Global oil and gas project sanctioning to recover from 2022, says Rystad Energy

  • Sep 25, 2020
  • Oil Review Middle East

Although lagging onshore projects are projected to only account for US$36bn in 2021, they will see a steep rise in 2022 to around US$100bn, topping the expected US$95bn worth of offshore commitments that year.

“In this update, we have revised up our 2020 offshore sanctioning total from US$26bn to US$34bn. This was driven by the Mero-3 sanctioning in Brazil, which is estimated to cost US$2.5bn to first oil. MISC has a letter of intent in place with Petrobras for the charter of the FPSO. The contractor will sub-contract the vessel construction work to Chinese yards, with China Merchants Heavy Industry (CMHI) leading the race to build both the hull and topsides. Siemens will deliver the power generation modules, while Aker Solutions is performing front-end engineering and design (FEED) and engineering work on the FPSO topsides,” stated Rystad Energy.

Rystad Energy expects commitments worth US$3.6bn related to the Payara development off Guyana in 2020. SBM Offshore is operating under an advanced commitment on the FPSO with ExxonMobil and its partners and the contractor has started procurement activities in collaboration with Chinese and Singaporean yards. The Chinese yard Shanghai Waigaoqiao Shipbuilding (SWS) is responsible for supplying the hull for the FPSO and the topsides will be built by Dyna-Mac and Keppel. It is now only a matter of when the FID takes place, and we expect it to happen soon.

Before the oil price crash, Shell had awarded a major contract to Sembcorp Marine for construction of the topsides and hull of a Floating Production Unit (FPU) for the Whale project in the US Gulf of Mexico. Now uncertain economic conditions have forced Shell to defer FID for the project to 2021. Whale has a breakeven of more than US$40 per barrel. As the second wave of COVID-19 surges through Europe, America and South Asia, it is uncertain whether the new development will start anytime soon, as the social distance norms and quarantine requirements will not only hamper the pace of development but could also lead to cost overruns.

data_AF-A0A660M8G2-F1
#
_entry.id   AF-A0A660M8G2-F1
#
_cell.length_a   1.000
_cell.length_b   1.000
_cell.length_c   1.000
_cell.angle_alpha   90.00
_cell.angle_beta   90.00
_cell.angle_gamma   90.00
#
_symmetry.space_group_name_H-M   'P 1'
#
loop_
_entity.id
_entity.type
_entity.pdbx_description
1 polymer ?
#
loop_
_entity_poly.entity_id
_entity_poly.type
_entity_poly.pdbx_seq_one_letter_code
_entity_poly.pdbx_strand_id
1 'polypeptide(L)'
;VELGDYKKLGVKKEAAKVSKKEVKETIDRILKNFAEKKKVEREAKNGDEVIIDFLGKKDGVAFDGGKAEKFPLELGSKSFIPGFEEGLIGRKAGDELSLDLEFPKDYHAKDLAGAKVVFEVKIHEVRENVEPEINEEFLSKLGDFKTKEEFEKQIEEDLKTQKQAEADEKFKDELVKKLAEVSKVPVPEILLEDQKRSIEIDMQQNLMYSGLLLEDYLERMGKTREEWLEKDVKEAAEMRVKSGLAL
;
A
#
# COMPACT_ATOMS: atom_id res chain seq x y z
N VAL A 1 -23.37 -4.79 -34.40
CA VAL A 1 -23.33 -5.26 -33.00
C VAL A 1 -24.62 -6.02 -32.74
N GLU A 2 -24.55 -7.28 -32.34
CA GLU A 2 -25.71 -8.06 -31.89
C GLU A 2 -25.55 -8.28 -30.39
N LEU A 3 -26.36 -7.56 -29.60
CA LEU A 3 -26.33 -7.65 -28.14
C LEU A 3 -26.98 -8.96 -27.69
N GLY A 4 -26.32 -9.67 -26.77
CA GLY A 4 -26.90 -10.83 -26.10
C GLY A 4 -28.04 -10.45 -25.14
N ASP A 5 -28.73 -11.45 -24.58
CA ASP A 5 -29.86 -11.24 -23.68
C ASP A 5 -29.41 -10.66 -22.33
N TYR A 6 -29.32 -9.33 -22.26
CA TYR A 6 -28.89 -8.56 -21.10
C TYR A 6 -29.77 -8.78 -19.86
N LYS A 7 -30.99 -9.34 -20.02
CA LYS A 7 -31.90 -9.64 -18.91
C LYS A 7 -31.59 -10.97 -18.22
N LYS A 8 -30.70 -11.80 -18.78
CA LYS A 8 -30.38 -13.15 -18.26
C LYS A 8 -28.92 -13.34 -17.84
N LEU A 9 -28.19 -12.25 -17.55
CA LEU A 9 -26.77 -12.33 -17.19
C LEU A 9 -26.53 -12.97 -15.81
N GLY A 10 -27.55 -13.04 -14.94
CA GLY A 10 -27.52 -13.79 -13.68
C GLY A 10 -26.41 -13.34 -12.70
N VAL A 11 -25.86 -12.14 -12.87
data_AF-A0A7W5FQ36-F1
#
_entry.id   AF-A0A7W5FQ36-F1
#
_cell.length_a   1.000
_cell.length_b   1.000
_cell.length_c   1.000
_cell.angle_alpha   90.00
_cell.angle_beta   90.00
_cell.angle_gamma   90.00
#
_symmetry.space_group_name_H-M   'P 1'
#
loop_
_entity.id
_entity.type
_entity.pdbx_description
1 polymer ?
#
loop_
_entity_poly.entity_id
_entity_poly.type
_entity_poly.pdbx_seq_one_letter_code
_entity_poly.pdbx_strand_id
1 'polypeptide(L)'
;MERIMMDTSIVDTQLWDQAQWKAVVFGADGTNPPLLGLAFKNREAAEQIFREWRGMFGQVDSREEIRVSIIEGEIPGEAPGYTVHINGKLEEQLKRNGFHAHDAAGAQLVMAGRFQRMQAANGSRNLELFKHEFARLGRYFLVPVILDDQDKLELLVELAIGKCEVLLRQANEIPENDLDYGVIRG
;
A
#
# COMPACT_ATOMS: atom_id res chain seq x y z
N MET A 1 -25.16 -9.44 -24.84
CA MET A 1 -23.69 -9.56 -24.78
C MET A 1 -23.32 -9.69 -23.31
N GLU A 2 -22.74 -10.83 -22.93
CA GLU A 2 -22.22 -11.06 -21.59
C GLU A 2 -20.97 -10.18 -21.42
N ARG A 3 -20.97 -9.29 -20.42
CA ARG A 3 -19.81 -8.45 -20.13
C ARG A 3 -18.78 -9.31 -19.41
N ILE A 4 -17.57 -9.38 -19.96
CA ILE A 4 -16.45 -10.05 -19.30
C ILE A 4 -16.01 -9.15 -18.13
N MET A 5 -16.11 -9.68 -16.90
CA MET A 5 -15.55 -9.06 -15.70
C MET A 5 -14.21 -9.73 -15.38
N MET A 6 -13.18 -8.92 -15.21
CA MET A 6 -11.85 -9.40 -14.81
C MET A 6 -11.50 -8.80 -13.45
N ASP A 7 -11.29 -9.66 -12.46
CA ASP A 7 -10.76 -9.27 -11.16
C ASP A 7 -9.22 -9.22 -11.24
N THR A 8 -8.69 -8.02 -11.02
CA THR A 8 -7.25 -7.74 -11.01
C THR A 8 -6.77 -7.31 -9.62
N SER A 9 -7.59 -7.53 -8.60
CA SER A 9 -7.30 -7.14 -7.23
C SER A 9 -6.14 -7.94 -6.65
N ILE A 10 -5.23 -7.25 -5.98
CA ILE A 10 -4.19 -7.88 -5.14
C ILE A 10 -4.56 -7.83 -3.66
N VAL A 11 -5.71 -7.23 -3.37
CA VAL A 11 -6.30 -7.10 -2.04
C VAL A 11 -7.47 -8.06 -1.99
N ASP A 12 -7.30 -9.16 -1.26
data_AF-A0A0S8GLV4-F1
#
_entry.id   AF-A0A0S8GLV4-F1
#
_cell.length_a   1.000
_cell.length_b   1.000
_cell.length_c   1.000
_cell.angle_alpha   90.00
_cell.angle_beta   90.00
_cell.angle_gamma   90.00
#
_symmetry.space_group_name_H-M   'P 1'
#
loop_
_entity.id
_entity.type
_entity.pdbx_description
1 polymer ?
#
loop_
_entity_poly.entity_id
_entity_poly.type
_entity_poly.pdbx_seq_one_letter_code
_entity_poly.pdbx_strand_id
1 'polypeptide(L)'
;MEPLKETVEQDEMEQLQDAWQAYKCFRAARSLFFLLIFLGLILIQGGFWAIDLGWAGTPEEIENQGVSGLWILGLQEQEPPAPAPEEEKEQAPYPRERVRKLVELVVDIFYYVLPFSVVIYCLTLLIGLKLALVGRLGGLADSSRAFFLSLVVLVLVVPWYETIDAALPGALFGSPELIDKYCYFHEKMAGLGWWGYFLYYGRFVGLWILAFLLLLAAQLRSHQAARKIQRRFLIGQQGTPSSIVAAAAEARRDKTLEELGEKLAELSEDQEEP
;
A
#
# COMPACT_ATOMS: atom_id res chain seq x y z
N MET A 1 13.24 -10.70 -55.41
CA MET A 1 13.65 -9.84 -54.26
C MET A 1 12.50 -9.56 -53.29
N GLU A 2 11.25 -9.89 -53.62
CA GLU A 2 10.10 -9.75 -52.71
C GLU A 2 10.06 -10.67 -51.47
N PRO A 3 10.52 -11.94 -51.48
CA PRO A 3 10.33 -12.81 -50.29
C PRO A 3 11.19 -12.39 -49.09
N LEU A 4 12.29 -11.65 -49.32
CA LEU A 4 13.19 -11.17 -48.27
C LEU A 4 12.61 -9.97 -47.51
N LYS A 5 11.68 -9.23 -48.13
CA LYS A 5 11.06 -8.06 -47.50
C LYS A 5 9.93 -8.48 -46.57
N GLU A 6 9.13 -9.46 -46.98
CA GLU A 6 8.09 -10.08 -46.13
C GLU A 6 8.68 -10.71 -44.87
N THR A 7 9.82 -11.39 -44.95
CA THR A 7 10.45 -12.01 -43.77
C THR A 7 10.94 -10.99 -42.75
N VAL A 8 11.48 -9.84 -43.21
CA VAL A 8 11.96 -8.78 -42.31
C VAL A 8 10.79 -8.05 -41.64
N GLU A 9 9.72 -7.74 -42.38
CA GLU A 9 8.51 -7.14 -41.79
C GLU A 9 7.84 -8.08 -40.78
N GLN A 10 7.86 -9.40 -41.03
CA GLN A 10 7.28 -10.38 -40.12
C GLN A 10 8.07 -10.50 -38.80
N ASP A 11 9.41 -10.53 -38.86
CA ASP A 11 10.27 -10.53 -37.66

When it comes to recent developments, Gazprom Neft has started development activities on its Chayandinskoye oil-rim development in Russia. The well construction program is under way and the expansion of the existing central processing facility at the main field is likely to start soon. The onshore development is estimated to cost around US$1.3bn and the field is expected to come on line by 2022.

Recently, the Norwegian Ministry of Petroleum and Energy approved the plan for development and operation (PDO) of the Balder Future project. The partners, Vaar Energi and Mime Petroleum, submitted a revised PDO in December last year and selected their preferred contractors in 2019. The US$2bn development plan includes an upgrade of the Jotun floating production, storage, and offloading (FPSO) vessel which will operate between the Balder and Ringhorne fields. The FPSO is being upgraded by Worley, while Baker Hughes and Ocean Installer are responsible for supplying the subsea facilities.

Lastly, China Offshore Oil Engineering Co. (COOEC) confirmed the start of development activities on CNOOC’s Luda 6-2 oilfield off China in its second-quarter results. The Luda 6-2 development will entail a central processing platform and is estimated to cost nearly US$170mn in greenfield commitments. Production is likely to start in early 2022.